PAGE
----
Our team agrees that the single most important tip is low-tech: talk with your children. Talk about the websites they go to, about how to avoid ads/enticements, about how to be polite to others when communicating online, about how to respond to personal questions from others, and generally all those things adults know about human relationships that kids don’t know yet.
Kids may be smarter about how to use technology, but adults are much more savvy about how to handle relationships. Develop a relationship of trust with the kids through open communication so that they will come to you when they encounter a problem, without worrying that you’ll ban them from their technology. This is also the basic message we offer kids in our Internet Safety episode—tell an adult you trust about anything troubling.
David Harley BA CITP FBCS CISSP is an author/editor, IT security researcher, and consultant known for his research into malware, Mac security, anti-malware product testing and email abuse, about which he’s written more books, papers and articles than anyone could reasonably be expected to read. He is a Senior Research Fellow with the security company ESET and We Live Security.
The most important internet safety tip I can share with parents is…
In ‘Howards End’, Margaret Schlegel quotes her father as saying ‘It’s better to be fooled than to be suspicious’ and explains that ‘the confidence trick is the work of man, but the want-of-confidence trick is the work of the devil.’
Forster was capable of considerable foresight: ‘The Machine Stops’ – written in 1909 – suggests that he would have been no more surprised at modern communications and information-sharing technologies – the Internet, if you like – than H.G. Wells. But if he had experienced the real, present-day Internet and social media, I think his heroine’s thoughts might have been a little more pragmatic. Trust in the fundamental goodness of the human spirit is a fine principle, but scepticism is a better survival characteristic in a hostile environment. And make no mistake, the Internet’s potential for anonymity and pseudonymity make it an environment where much more than money may be at risk.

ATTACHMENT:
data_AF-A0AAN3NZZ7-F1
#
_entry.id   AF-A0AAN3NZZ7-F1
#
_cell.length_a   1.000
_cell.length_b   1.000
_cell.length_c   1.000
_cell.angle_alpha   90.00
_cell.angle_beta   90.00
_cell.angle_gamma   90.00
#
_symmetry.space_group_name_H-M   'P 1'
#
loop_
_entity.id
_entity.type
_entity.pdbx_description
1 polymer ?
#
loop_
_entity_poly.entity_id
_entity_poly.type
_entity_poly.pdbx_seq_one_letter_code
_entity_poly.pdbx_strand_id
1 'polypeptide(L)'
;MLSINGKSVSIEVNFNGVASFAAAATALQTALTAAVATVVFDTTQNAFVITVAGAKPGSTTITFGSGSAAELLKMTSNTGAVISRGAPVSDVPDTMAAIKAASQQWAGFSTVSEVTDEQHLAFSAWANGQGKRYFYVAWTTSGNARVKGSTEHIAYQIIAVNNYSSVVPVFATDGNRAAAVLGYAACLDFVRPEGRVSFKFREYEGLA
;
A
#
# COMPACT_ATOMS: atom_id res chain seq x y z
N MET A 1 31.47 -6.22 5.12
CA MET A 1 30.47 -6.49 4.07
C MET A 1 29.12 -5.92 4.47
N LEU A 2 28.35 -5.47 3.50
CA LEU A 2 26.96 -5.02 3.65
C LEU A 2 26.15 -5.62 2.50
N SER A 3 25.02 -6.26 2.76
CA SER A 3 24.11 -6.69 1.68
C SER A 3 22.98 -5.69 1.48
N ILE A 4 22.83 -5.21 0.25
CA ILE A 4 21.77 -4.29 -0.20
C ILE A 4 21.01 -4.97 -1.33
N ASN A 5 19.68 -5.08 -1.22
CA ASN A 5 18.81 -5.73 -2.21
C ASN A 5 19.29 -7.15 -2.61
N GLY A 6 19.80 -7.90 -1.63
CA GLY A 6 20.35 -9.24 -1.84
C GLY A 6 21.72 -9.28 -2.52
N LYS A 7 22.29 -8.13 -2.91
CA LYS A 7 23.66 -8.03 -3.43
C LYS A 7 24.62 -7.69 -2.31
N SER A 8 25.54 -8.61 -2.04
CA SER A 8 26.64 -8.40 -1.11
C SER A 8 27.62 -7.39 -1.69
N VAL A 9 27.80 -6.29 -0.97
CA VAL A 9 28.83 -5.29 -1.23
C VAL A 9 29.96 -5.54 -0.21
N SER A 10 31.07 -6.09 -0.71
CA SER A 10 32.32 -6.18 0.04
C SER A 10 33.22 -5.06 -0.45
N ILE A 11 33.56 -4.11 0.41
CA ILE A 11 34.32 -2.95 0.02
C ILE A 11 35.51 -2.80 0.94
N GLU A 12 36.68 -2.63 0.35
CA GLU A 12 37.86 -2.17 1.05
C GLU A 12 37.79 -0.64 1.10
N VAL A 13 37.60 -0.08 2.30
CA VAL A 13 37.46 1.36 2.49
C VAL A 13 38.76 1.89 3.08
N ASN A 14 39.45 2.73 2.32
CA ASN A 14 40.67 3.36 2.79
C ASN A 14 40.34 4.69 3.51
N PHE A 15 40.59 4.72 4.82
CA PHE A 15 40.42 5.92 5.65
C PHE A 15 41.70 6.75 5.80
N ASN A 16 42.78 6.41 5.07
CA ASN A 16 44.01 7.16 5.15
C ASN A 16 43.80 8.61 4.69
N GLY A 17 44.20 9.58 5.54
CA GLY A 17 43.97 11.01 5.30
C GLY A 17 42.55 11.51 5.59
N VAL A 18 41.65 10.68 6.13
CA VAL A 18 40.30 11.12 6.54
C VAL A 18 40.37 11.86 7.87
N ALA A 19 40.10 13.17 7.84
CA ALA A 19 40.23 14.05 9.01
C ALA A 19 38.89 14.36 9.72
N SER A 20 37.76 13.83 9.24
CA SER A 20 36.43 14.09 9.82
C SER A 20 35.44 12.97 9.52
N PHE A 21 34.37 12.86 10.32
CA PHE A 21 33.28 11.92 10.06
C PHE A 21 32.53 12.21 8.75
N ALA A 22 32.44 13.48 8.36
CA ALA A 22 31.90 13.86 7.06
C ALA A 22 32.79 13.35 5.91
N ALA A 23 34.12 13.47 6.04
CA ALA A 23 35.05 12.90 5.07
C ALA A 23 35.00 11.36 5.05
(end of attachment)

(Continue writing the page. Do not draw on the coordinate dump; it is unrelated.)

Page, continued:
Should you therefore teach your children paranoia? Of course not: there are already too many people terrified to use computers and/or the internet because they don’t know who or what to trust.
What I’m suggesting is much more difficult: to teach them to trust their own judgement rather than rely entirely on technical solutions and conflicting ‘official’ information resources. That sounds simple enough, but you also have to help direct them towards strategies for developing sound analysis and judgement, what educationalists call critical thinking. But it’s too critical a task to leave to educationalists: helping your children to help them themselves starts way before nursery school. The Wild West analogue that is the Internet is in many respects as lawless as any frontier settlement, but its outlaws enjoy the possibility of anonymity and pseudonymity that the blackhats of the Old West could never have dreamed of.
While I don’t advocate giving babes in arms immediate and unrestricted access to the cyberfrontier, it’s worth trying to give children a gentle, guided introduction: encourage them to try things, ask questions, and engage in constructive dialog: “It says here that…. do you think that’s really true?”